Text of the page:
By NANCY PATRICK
I try to incorporate new terminology into my vocabulary whenever I hear someone use a term unfamiliar to me. It happens frequently in today’s world as technology moves so quickly one has to make the effort to keep up.
I first noticed the use of the word “trending” on my Netflix account. In addition to labels such as “My List,” “Horror,” “Suspense,” and “Action,” streaming services have the label “Trending.” As one might guess, this list contains popular titles that receive many hits. The term “trending” implies that watching these movies will place the viewer into the mainstream of contemporary movie watching.
If being in the mainstream were important to me, I would add all these titles to “My List.” I have not done that, though, because I always read the information blurb to discover the movie’s topic, actors’ names, and rating for violence, sexual content, and language.
Although not a prude, I do have a limit to the amount of vile material I can tolerate during a two-hour movie. Some images are difficult to erase from the mind, so I prefer to skip that process when I can.
Trending applies to just about all aspects of our lives: fashion, language, politics, social media, religion, and health regimens. As a young person, I cared about trending more than I do now. At some point in my life, I decided my values and comfort felt better than compliments on my trendy choices.
We could remedy some extremely dangerous trending behavior today if we worked to establish new trends. My husband and I watch a segment of CBS News entitled “On the Road” with Steve Hartmann. Steve finds examples of good behavior all over this country and brings the stories to his broadcast. The popularity of his program has expanded it to a segment called “Kindness 101” that includes his children.
I would love for everyone to become acquainted with “On the Road.” A special half-hour program features stories about the power of forgiveness. You can see this program at this website: steve hartman program on power of forgiveness – Search (bing.com). YouTube also carries many of the stories which are about 5 minutes each: steve hartman on the road youtube – Search (bing.com).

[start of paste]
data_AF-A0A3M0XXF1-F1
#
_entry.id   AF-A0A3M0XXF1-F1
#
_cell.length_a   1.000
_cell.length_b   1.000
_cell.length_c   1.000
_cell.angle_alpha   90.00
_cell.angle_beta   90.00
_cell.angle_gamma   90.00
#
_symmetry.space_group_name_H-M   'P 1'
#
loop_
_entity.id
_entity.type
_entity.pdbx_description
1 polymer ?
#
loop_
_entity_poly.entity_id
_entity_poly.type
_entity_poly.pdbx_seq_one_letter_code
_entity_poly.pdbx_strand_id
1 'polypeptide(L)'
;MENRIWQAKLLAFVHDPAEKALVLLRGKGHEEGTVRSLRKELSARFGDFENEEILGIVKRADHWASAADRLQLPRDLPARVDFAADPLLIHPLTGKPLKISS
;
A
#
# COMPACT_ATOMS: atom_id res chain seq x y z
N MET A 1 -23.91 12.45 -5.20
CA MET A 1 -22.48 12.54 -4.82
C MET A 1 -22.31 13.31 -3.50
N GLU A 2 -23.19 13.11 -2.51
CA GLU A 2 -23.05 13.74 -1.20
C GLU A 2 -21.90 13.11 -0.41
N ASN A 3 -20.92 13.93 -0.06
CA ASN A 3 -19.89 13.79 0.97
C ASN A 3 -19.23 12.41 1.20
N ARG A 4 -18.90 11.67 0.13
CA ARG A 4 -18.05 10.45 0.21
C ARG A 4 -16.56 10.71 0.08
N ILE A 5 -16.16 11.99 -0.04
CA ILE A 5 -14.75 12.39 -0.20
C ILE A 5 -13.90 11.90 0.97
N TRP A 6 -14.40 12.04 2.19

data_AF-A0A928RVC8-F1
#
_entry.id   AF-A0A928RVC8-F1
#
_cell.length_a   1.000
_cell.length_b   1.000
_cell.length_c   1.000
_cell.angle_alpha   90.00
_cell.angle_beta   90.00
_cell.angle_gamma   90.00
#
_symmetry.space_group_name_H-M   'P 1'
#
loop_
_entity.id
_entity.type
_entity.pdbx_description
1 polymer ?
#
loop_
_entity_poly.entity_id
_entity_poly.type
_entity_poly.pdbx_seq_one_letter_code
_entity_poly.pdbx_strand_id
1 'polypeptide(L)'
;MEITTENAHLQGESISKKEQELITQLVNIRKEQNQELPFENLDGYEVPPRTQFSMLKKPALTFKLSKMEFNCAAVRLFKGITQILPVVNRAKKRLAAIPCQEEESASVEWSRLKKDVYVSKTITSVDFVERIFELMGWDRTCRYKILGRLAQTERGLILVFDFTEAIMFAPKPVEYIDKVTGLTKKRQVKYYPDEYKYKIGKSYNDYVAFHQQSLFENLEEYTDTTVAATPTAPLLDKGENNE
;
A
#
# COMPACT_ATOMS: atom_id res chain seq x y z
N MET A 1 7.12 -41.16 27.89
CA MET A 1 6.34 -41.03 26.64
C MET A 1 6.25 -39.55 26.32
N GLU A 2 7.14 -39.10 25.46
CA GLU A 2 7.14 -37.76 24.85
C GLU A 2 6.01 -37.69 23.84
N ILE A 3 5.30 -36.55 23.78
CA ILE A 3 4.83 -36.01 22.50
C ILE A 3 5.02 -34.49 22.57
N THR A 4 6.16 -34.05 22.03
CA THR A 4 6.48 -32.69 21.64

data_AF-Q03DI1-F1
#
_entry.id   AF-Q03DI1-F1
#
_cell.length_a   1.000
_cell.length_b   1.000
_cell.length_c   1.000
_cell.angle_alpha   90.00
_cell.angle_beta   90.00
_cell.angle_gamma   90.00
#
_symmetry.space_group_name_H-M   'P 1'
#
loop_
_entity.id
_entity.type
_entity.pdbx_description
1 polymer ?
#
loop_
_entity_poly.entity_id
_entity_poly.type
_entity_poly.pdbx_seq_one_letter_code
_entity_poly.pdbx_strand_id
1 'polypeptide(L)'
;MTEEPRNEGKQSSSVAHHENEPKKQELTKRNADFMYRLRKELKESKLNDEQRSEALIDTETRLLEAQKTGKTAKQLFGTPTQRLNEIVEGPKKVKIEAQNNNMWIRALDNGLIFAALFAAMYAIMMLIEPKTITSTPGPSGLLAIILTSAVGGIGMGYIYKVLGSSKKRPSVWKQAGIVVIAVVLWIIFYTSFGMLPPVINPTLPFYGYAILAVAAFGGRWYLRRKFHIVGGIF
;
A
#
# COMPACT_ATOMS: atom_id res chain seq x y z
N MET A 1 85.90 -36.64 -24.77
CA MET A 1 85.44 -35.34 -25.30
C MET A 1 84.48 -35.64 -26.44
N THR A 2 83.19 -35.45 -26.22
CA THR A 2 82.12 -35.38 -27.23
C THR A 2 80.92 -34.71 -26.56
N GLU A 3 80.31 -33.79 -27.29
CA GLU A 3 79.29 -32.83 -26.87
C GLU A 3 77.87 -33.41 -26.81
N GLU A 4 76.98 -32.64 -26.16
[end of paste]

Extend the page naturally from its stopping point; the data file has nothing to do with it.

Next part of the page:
I have written so much about this program in the introduction of this article to lay the foundation for what I pray to witness in our society. Could we begin a new “trend” of modern behavior? Think of some of our current negative trends that pollute our culture: bullying, unbridled ambition, lying, deception, violence, anger, revenge, hatred, meanness, and bigotry.
Social media has created a seemingly artificial shield around many people. They feel that the anonymity of the internet offers them the freedom to say whatever they feel about anything at any time to anyone. This openness has led to much heartache and tragedy.
Teenagers have committed suicide because commentators on their web pages have bullied them into deep depression. Celebrities have reacted to vicious negativity by suffering from psychological damage that has affected their careers.
Naomi Osaka’s withdrawal from the French Open tennis tournament in 2021 illustrates the damage intrusive behavior can inflict on people. Osaka had acknowledged the pressure she felt from media and fans’ expectations. Many people reacted as though she had no right to set boundaries for her own mental health.
Some people seem to think of celebrities as public property without human feelings. These famous people are hurt by mean personal insults related to their physical characteristics or their personal family issues.
Some people bash others for their religious beliefs, their cultural traditions, their race, their intelligence, their political preferences, or anything else someone has mentioned online.
Meanness is trending these days. What a terrible trend to participate in! I would love to see a new trend replace this one. Steve Hartman’s “On the Road” offers a good platform from which to learn this new trend. And it is a learning process for some people whose meanness and negativity have defined them. Some have even expressed pride at what they call their sassy or witty personalities. Nothing could be further from the truth.
St. Francis of Assisi wrote many beautiful prayers, one of which is the prayer for peace. His prayer is my prayer that our world will reject trending that glorifies bullying, selfishness, greed, hubris, and spiritual meanness.
Peace by Francis of Assisi
Lord, make me an instrument of your peace:
where there is hatred, let me sow love;
where there is injury, pardon;
where there is doubt, faith;
where there is despair, hope;
where there is darkness, light;
where there is sadness, joy.
O divine Master, grant that I may not so much seek
to be consoled as to console,
to be understood as to understand,
to be loved as to love.
For it is in giving that we receive,
it is in pardoning that we are pardoned,
and it is in dying that we are born to eternal life.
Nancy Patrick is a retired teacher who lives in Abilene and enjoys writing